This August I embarked on an adventure – a rafting trip on the upper Alsek River with Canadian River Expeditions. I had saved for this trip for a few years as a 50th birthday present to myself but then Covid struck and everything was cancelled. However, on July 31st Yukon opened its borders to B.C. and NWT residents so the rafting company put together a custom trip for locals that stopped short of the Alaskan border. Within a couple of weeks I had to wrap my head around the fact I might actually do this.
As many of my students have told me, their lives seem richer because they are seeing better and seeing more. It’s helpful to remember that we don’t teach reading and writing to produce only poets and writers, but rather to improve thinking. Betty Edwards in Drawing on the Right Side of the Brain.
A weekly planner has been part of my daily life for over ten years now. There are countless ways of keeping track of life’s commitments; such as in a wall calendar, computer or phone. I enjoy being able to write on paper and getting an overview of a whole week at a time. Once the year is done I have a record of this time in my life in one little book.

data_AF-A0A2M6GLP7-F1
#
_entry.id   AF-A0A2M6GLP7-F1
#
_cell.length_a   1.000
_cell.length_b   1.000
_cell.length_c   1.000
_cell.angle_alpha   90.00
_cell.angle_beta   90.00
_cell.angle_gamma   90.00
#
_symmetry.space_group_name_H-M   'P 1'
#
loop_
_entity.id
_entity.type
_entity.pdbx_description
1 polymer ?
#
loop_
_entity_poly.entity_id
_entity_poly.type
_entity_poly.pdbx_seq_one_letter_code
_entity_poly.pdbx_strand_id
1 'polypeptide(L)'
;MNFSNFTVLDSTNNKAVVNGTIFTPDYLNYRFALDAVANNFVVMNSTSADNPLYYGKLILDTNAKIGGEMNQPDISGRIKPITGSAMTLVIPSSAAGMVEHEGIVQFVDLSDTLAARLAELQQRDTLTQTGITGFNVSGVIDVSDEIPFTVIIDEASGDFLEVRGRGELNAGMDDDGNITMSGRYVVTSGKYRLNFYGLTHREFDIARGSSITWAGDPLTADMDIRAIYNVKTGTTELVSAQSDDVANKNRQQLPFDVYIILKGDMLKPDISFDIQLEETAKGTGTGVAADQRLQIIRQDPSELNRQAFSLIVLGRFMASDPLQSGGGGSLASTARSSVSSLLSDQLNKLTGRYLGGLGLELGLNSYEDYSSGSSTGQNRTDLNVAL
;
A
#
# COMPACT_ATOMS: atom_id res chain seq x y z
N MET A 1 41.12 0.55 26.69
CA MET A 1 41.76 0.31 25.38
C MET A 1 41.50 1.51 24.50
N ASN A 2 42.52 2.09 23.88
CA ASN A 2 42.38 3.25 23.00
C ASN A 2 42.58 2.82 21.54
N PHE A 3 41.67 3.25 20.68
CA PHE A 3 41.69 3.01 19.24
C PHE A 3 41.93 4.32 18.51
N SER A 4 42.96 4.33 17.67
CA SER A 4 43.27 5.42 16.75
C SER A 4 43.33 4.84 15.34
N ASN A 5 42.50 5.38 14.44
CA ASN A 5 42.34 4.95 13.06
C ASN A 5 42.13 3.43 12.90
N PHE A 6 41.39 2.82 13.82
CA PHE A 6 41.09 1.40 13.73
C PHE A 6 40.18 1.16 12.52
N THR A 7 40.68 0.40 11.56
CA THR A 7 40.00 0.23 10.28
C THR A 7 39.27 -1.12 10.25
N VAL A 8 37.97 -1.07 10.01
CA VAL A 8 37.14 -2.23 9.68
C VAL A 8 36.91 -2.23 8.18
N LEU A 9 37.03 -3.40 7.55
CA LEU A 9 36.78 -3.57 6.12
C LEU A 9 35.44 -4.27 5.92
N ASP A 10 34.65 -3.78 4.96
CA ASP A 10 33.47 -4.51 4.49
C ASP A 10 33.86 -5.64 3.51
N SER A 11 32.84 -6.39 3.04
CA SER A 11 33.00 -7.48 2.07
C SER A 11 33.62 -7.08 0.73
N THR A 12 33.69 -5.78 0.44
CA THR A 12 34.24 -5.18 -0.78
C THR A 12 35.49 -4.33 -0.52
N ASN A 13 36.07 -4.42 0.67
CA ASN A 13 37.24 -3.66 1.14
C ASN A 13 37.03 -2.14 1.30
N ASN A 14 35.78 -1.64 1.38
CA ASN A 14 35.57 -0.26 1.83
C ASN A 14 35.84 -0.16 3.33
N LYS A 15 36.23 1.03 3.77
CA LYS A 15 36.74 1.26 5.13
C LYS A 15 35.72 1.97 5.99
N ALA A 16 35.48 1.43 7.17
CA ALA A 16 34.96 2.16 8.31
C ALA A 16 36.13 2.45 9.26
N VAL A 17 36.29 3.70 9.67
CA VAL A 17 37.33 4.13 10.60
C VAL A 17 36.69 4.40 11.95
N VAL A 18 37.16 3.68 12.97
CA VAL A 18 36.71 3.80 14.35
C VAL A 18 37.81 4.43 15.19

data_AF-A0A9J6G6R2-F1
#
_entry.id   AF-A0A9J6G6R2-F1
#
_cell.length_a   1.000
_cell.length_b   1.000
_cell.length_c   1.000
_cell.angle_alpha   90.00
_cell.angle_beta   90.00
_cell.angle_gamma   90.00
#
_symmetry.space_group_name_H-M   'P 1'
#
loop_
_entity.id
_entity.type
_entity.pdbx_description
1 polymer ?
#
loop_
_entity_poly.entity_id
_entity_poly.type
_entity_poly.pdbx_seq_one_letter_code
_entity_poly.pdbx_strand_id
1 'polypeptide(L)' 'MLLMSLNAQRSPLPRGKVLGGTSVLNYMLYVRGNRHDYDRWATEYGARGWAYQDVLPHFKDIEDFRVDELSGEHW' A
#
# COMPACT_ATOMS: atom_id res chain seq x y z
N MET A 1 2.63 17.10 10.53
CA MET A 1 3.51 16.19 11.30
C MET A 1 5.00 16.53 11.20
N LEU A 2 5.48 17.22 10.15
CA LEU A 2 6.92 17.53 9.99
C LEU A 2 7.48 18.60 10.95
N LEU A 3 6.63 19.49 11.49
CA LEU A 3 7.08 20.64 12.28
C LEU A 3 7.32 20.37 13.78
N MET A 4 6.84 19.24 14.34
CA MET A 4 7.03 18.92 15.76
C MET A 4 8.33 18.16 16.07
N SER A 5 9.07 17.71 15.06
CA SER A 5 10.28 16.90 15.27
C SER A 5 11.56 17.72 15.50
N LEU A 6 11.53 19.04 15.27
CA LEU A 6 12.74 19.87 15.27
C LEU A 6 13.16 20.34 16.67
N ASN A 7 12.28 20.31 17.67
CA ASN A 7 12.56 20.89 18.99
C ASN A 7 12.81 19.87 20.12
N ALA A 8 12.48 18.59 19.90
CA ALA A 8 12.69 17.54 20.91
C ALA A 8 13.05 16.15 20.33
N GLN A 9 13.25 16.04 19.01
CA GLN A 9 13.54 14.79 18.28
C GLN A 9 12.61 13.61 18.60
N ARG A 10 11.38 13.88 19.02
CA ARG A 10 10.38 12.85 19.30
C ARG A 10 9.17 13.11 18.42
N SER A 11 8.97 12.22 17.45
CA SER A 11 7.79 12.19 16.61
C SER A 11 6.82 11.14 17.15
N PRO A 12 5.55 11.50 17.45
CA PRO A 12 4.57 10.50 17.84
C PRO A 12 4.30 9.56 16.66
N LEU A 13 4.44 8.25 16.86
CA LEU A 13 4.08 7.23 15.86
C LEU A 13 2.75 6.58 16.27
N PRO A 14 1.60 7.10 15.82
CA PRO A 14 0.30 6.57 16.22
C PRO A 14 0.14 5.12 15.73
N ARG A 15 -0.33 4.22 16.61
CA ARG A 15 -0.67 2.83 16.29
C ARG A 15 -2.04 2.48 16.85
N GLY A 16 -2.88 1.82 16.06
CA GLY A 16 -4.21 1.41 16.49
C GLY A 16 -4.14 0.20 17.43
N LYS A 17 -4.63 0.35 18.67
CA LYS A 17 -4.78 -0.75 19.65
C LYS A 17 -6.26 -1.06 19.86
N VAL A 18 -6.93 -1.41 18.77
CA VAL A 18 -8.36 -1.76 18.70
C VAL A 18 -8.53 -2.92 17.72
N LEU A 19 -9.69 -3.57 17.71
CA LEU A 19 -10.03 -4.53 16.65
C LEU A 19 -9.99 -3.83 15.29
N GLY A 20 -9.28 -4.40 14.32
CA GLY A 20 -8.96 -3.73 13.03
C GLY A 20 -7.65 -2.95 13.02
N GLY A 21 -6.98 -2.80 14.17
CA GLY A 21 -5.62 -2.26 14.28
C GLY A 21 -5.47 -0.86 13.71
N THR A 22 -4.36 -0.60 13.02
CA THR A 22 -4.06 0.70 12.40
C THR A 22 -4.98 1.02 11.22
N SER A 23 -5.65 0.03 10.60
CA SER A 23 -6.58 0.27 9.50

Sketches aren’t about making a perfect picture, it’s the act of looking that is important. By completely stopping to look and draw (a flower, a tree, person, building..) you start to notice things you didn’t before.
One thing I’ve learned about being an artist is that no one else will tell you that you must create. An artist needs to have their own belief in what they have been most equipped to do. This takes an incredible amount of courage and also: self-love. And not in a pumped up ego kind of way, but in a way that you truly believe that you are a worthy person and it is right to trust your inner voice.
Drawing is a very direct path from your eye to pencil to paper, there is no technological barrier such as a computer or a camera. I think this immediacy has a way of revealing mysteries, either about the world around us or what we might be feeling or thinking.